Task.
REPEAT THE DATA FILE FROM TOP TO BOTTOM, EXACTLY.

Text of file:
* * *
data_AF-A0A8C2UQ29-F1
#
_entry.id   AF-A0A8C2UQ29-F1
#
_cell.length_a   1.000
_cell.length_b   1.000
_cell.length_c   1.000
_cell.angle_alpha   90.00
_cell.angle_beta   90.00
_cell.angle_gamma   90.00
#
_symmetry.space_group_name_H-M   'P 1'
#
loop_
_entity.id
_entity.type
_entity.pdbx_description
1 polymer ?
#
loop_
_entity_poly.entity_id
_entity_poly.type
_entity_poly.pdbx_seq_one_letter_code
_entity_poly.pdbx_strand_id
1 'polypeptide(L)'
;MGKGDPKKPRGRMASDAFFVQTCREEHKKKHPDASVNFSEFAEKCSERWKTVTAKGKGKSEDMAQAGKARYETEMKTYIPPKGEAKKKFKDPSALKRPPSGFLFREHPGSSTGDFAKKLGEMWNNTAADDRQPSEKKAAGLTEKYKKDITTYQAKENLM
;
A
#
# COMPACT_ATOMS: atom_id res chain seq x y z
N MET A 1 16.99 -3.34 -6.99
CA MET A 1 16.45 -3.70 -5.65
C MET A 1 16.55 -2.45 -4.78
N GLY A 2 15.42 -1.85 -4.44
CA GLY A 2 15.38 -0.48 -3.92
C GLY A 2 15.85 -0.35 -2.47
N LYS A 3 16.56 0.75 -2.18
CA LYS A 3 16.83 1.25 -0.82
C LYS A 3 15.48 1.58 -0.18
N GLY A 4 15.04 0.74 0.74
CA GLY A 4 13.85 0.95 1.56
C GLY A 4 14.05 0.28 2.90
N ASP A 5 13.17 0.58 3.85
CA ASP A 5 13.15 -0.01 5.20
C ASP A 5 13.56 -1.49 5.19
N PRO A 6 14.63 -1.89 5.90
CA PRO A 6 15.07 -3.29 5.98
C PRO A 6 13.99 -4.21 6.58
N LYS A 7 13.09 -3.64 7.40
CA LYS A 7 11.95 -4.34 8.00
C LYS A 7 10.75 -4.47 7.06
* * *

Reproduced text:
data_AF-A0A8C2UQ29-F1
#
_entry.id   AF-A0A8C2UQ29-F1
#
_cell.length_a   1.000
_cell.length_b   1.000
_cell.length_c   1.000
_cell.angle_alpha   90.00
_cell.angle_beta   90.00
_cell.angle_gamma   90.00
#
_symmetry.space_group_name_H-M   'P 1'
#
loop_
_entity.id
_entity.type
_entity.pdbx_description
1 polymer ?
#
loop_
_entity_poly.entity_id
_entity_poly.type
_entity_poly.pdbx_seq_one_letter_code
_entity_poly.pdbx_strand_id
1 'polypeptide(L)'
;MGKGDPKKPRGRMASDAFFVQTCREEHKKKHPDASVNFSEFAEKCSERWKTVTAKGKGKSEDMAQAGKARYETEMKTYIPPKGEAKKKFKDPSALKRPPSGFLFREHPGSSTGDFAKKLGEMWNNTAADDRQPSEKKAAGLTEKYKKDITTYQAKENLM
;
A
#
# COMPACT_ATOMS: atom_id res chain seq x y z
N MET A 1 16.99 -3.34 -6.99
CA MET A 1 16.45 -3.70 -5.65
C MET A 1 16.55 -2.45 -4.78
N GLY A 2 15.42 -1.85 -4.44
CA GLY A 2 15.38 -0.48 -3.92
C GLY A 2 15.85 -0.35 -2.47
N LYS A 3 16.56 0.75 -2.18
CA LYS A 3 16.83 1.25 -0.82
C LYS A 3 15.48 1.58 -0.18
N GLY A 4 15.04 0.74 0.74
CA GLY A 4 13.85 0.95 1.56
C GLY A 4 14.05 0.28 2.90
N ASP A 5 13.17 0.58 3.85
CA ASP A 5 13.15 -0.01 5.20
C ASP A 5 13.56 -1.49 5.19
N PRO A 6 14.63 -1.89 5.90
CA PRO A 6 15.07 -3.29 5.98
C PRO A 6 13.99 -4.21 6.58
N LYS A 7 13.09 -3.64 7.40
CA LYS A 7 11.95 -4.34 8.00
C LYS A 7 10.75 -4.47 7.06